In wasting children, a richer India sees "national shame"

Thu Feb 16, 2012 1:36pm EST
 
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By Annie Banerji

SHIVPURI, India (Reuters) - Crying as she is put on an electronic scale, two-year-old Rajini's naked shriveled frame casts a dark shadow over a rising India, where millions of children have little to eat.

The children are scrawny, listless and sick in this run-down nutrition clinic in central India with its intermittent power supply. If they survive they will grow up shorter, weaker and less smart than their better-fed peers.

Rajini weighs 5 kg (11 lb), about half of what she should.

"She's as light as a leaf, this can't be good," says her grandmother, Sushila Devi, poking her rib-protruding stomach in the clinic in Shivpuri district in Madhya Pradesh state.

Almost as shocking as India's high prevalence of child malnutrition is the country's failure to reduce it, despite the economy tripling between 1990 and 2005 to become Asia's third largest and annual per capita income rising to $489 from $96.

A government-supported survey last month said 42 percent of children under five are underweight - almost double that of sub-Saharan Africa - compared to 43 percent five years ago.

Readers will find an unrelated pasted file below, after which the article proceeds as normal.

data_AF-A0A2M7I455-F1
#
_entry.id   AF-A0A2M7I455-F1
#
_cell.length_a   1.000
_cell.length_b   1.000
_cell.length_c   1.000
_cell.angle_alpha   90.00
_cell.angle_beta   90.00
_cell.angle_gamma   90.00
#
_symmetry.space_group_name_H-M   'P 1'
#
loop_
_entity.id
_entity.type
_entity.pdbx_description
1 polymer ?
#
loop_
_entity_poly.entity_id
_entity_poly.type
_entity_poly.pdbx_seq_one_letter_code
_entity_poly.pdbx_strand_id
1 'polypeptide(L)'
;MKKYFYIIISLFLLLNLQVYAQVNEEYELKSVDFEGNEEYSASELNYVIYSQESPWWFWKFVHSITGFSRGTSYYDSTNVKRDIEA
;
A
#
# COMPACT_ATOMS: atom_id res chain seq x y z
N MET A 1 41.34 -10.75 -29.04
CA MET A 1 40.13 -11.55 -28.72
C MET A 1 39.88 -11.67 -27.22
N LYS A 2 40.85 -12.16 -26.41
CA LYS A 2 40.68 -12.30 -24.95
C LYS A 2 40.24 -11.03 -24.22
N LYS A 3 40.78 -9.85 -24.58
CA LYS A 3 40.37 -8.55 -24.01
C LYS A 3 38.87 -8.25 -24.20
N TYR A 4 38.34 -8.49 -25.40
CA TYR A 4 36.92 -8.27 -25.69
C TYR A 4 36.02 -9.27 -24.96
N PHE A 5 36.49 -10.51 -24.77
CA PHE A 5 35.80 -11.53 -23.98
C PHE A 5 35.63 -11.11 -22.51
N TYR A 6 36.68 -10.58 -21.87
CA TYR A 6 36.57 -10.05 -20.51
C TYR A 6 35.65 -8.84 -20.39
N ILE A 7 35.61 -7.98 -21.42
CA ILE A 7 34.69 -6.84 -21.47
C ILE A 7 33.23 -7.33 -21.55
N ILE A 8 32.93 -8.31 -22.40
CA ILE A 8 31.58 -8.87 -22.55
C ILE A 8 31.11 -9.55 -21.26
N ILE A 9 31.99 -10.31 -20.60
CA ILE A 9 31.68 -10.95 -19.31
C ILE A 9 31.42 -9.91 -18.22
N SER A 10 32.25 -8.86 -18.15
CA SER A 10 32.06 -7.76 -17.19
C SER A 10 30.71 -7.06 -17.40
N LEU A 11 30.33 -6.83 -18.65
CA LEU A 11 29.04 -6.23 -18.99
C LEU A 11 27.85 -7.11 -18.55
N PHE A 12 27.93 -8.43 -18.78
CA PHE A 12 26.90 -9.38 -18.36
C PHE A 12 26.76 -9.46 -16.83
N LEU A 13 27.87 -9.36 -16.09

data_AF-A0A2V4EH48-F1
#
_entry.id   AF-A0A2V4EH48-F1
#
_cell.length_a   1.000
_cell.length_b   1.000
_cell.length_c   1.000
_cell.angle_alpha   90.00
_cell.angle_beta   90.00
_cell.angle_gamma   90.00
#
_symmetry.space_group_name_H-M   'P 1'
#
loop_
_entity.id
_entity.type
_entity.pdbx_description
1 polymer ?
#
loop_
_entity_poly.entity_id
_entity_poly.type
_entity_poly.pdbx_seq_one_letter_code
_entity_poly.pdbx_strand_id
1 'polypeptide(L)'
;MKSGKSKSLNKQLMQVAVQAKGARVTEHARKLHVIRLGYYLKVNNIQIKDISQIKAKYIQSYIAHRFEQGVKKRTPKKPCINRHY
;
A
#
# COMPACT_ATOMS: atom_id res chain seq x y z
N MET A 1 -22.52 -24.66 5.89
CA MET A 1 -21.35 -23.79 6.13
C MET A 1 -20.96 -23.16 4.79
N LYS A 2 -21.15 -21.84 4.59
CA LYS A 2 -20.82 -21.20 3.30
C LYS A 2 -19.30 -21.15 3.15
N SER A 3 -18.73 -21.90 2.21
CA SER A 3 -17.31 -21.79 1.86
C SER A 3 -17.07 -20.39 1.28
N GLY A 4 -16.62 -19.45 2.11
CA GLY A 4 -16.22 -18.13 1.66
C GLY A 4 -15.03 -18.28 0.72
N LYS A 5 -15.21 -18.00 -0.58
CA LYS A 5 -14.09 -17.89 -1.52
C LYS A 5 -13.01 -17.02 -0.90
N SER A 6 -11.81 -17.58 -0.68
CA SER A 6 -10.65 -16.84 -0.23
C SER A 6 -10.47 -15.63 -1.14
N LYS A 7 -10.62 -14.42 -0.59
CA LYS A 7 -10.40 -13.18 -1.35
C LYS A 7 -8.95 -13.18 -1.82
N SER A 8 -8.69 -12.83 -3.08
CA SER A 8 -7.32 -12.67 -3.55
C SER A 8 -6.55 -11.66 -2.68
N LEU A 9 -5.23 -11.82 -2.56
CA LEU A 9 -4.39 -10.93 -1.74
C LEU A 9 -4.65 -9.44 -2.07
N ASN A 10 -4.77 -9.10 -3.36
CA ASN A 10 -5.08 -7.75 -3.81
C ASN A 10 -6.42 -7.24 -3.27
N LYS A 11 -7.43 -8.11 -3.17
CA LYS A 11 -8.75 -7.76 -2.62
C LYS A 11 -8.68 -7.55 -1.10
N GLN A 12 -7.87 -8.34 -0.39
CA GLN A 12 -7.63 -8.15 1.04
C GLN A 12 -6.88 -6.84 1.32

The statistic - which means 3,000 children dying daily due to illnesses related to poor diets - led Prime Minister Manmohan Singh to admit malnutrition was "a national shame" and was putting the health of the nation in jeopardy.

"It is a national shame. Child nutrition is a marker of the many things that are not going right for the poor of India," said Purnima Menon, research fellow on poverty, health and nutrition at the Institute of Food Policy Research Institute.   Continued...

 
Sahariya tribe children attend class at a school at Kasbathana village in Baran district in the northwestern state of Rajasthan February 1, 2012. India has failed to reduce its high prevalence of child malnutrition despite its economy doubling between 1990 and 2005 to become Asia's third largest. A government-supported survey last month said 42 percent of children under five are underweight - almost double that of sub-Saharan Africa - compared to 43 percent five years ago. The statistic - which means 3,000 children dying daily due to illnesses related to poor diets - forced Prime Minister Manmohan Singh to admit last month that malnutrition was "a national shame" and was putting the health of the nation in jeopardy. Picture taken February 1, 2012. REUTERS/Adnan Abidi